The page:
With a geography of snow-capped mountains and rushing rivers, it's a no-brainer for BC to capitalize on hydro-power. BC generates roughly 90% of its electricity from 72 hydro-electric generating stations, large and small, dispersed as follows: two along the Peace River, three near the northwest coast, 24 in the Columbia/Kootenay area, 26 on the Lower Mainland, 13 on Vancouver Island, and four others scattered between.
BC's first oil fields were developed in the 1950s in the Fort St. John area. Since that time, over 40 new oil fields have been established. In 2008, roughly 1,061 wells produced an average of 23,070 barrels of oil per day, and 10,881 barrels of condensate.
Learn more about the potential for future oil and gas development in B.C. with our fossil fuel potential map.
A transmission pipeline runs from northeast BC to a refinery in Prince George, then to Kamloops where it is piped to the coast. In 2009, an average of 19,300 barrels per day, were carried through this transmission pipeline.
The contentious Northern Gateway Pipeline, or the Enbridge (after the company proposing the project) Pipeline as it is commonly called, would connect the Alberta oil sands with a terminus at the port town of Kitimat, on B.C.'s North Coast. Communities along the route, especially First Nations, are vocalizing opposition to this development, which they feel would threaten their livelihoods. The very real risk of oil spills (Enbridge has experienced two high-profile leaks in the past few years) endangers key fish populations that have supported first nations for many centuries.
BC is Canada's second largest producer of natural gas. Like the province's first oil fields, early natural gas development originated in the Fort St. John area. Gross production in 2008 averaged 3.2 billion cubic feet per day. The province has 7,157 producing gas wells. A 2,414 km transmission system running from northeast BC to Huntington/Sumas on the BC-US border, and a 170 km transmission system connecting Alberta to Kingsgate, transport natural gas around the province.
Read more in our energy profile on natural gas.
In 2009, nine active coal mines were dispersed in the following three areas of BC: the East Kootenay Coalfield, the Peace River Coalfield, and the Comox Coalfield on Vancouver Island. Cumulative production was 25.6 million tonnes, and the bulk was shipped to Japan, Korea, Europe and South America.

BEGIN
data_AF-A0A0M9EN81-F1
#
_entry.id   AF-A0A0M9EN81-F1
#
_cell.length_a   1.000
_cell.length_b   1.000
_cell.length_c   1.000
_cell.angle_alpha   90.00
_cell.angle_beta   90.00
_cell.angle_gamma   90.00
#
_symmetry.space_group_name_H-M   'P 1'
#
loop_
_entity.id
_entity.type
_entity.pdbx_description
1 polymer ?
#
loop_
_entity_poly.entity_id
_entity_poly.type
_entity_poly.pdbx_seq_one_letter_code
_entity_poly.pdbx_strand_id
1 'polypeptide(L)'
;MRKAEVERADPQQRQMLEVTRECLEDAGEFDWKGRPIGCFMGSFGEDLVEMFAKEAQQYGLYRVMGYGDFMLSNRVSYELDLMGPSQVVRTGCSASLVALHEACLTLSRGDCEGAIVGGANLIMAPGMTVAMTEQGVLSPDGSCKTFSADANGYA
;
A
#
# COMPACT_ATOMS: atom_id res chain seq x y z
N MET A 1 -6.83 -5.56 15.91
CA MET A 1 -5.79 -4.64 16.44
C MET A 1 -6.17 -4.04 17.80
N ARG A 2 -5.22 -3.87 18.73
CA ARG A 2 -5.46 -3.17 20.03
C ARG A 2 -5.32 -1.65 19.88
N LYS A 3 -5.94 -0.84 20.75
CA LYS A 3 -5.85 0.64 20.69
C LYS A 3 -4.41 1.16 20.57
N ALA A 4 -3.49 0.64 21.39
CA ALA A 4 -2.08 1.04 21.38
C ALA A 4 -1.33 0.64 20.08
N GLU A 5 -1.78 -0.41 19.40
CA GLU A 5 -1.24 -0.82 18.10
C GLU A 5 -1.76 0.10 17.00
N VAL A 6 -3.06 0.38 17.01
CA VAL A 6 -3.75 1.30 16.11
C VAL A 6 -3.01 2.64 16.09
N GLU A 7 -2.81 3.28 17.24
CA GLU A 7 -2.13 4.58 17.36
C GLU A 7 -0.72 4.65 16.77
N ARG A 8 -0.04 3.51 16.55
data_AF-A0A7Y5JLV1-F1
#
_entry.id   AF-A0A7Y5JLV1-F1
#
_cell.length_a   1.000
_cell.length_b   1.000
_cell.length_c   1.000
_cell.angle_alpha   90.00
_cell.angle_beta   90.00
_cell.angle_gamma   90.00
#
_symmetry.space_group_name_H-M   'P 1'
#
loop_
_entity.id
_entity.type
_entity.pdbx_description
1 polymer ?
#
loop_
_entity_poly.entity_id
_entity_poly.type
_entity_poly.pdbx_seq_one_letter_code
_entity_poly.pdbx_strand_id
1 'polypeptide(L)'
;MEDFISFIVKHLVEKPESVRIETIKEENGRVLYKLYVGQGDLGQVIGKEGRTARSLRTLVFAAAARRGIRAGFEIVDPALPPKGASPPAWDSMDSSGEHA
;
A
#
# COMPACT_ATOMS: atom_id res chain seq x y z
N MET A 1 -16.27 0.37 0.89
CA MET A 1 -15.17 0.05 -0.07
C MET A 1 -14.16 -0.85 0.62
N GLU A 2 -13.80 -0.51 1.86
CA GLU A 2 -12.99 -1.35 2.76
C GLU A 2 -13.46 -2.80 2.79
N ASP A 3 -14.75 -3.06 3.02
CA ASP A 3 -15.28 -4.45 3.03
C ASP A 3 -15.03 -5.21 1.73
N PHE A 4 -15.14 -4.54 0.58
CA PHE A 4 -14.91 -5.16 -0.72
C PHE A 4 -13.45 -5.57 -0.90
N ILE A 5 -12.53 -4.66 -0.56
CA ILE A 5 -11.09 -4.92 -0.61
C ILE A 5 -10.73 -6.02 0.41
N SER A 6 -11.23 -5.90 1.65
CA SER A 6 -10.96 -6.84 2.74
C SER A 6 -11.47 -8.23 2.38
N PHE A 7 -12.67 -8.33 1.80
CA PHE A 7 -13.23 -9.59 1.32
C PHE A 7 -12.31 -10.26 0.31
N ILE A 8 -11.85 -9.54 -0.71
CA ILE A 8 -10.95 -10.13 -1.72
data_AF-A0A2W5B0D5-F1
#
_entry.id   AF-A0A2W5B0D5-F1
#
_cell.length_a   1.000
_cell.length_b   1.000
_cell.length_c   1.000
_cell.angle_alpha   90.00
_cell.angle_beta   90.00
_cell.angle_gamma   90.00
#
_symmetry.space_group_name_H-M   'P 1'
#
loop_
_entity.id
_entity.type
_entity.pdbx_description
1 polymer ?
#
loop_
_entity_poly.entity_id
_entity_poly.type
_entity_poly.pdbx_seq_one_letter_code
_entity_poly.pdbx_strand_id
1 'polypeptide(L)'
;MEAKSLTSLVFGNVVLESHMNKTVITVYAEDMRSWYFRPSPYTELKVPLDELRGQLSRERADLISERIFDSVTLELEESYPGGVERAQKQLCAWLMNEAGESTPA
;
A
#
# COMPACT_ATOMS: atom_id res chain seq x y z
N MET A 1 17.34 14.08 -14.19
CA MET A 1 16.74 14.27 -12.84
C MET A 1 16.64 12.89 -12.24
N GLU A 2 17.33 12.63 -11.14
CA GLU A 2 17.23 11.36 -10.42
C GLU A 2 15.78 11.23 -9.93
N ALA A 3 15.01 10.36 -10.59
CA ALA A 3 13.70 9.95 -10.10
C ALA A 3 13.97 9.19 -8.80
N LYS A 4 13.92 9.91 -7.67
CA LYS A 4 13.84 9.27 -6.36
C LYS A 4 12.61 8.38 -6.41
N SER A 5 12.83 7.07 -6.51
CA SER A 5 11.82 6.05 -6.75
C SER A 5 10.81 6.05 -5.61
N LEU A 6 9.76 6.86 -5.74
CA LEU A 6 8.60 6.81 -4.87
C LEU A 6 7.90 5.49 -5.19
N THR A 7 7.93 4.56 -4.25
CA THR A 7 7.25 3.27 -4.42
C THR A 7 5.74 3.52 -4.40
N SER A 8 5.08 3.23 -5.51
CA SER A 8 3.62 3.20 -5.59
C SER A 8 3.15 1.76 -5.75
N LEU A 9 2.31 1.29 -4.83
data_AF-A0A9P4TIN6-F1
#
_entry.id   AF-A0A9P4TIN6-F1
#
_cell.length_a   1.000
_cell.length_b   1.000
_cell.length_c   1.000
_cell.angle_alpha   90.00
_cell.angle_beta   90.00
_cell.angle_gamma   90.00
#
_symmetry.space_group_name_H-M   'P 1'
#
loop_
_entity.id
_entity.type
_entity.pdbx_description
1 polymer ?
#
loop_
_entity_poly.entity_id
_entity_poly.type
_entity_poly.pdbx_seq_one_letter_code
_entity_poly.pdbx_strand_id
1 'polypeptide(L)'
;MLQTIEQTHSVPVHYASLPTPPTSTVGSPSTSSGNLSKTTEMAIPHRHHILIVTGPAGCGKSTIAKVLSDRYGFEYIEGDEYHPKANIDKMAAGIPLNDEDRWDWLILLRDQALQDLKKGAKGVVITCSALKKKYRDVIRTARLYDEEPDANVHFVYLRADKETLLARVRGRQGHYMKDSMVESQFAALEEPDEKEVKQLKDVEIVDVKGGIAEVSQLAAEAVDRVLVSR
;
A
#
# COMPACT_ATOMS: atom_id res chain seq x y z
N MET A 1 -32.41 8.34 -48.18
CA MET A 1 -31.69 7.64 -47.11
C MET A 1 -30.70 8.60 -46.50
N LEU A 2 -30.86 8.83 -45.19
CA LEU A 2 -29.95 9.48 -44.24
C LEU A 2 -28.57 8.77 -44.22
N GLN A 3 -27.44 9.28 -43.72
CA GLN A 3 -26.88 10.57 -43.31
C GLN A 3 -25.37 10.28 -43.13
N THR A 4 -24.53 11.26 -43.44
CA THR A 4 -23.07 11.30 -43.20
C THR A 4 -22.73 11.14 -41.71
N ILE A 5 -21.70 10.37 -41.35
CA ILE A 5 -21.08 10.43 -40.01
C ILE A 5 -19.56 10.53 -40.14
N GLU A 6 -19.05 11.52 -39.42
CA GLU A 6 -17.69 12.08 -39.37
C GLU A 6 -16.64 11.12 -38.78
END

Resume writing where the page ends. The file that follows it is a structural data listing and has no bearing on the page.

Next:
These charts show that the bulk of British Columbia's climate change causing carbon emissions come from refined petroleum products, that is, cars, trucks, planes and trains.
The province of BC has four main documents that address energy issues:
- The BC Energy Plan and the later Report on Progress
- BC Bioenergy Strategy
- BC Climate Action Plan
- The Green Energy Advisory Task Force Report
What These Entail
The BC Energy Plan was released in 2009 by B.C.'s Ministry of Energy, Mines and Petroleum Resources. Divided into four main sections — Energy Conservation and Efficiency, Electricity, Alternative Energy, and Oil and Gas — the plan entails 55 policy actions to address our energy future. Timeline targets, such as B.C.'s energy self-sufficiency by 2016, are included. The Report on Progress, released in 2009 details the status of projects listed in the BC Energy Plan.
As a general overview, the BC Energy Plan promotes hydroelectricity, and steers clear of nuclear power. Promises are made to carry out projects in an environmentally and culturally sensitive and responsible manner, and First Nations consultations are indicated as a main priority in future projects. The Climate Action Plan (2009) is a similar document that describes key initiatives and progress made by government.
The BC Bioenergy Strategy focuses on bioenergy resources — wood, wood chips, sawdust — and emphasizes the potential to make use of wood affected by the mountain pine beetle.
The Green Energy Advisory Task Force Report led in part to the introduction of the Clean Energy Act, which encompasses 16 objectives to "set the foundation for a new future of electricity self-sufficiency, job creation and reduced greenhouse gas emissions, powered by unprecedented investments in clean, renewable energy across the province".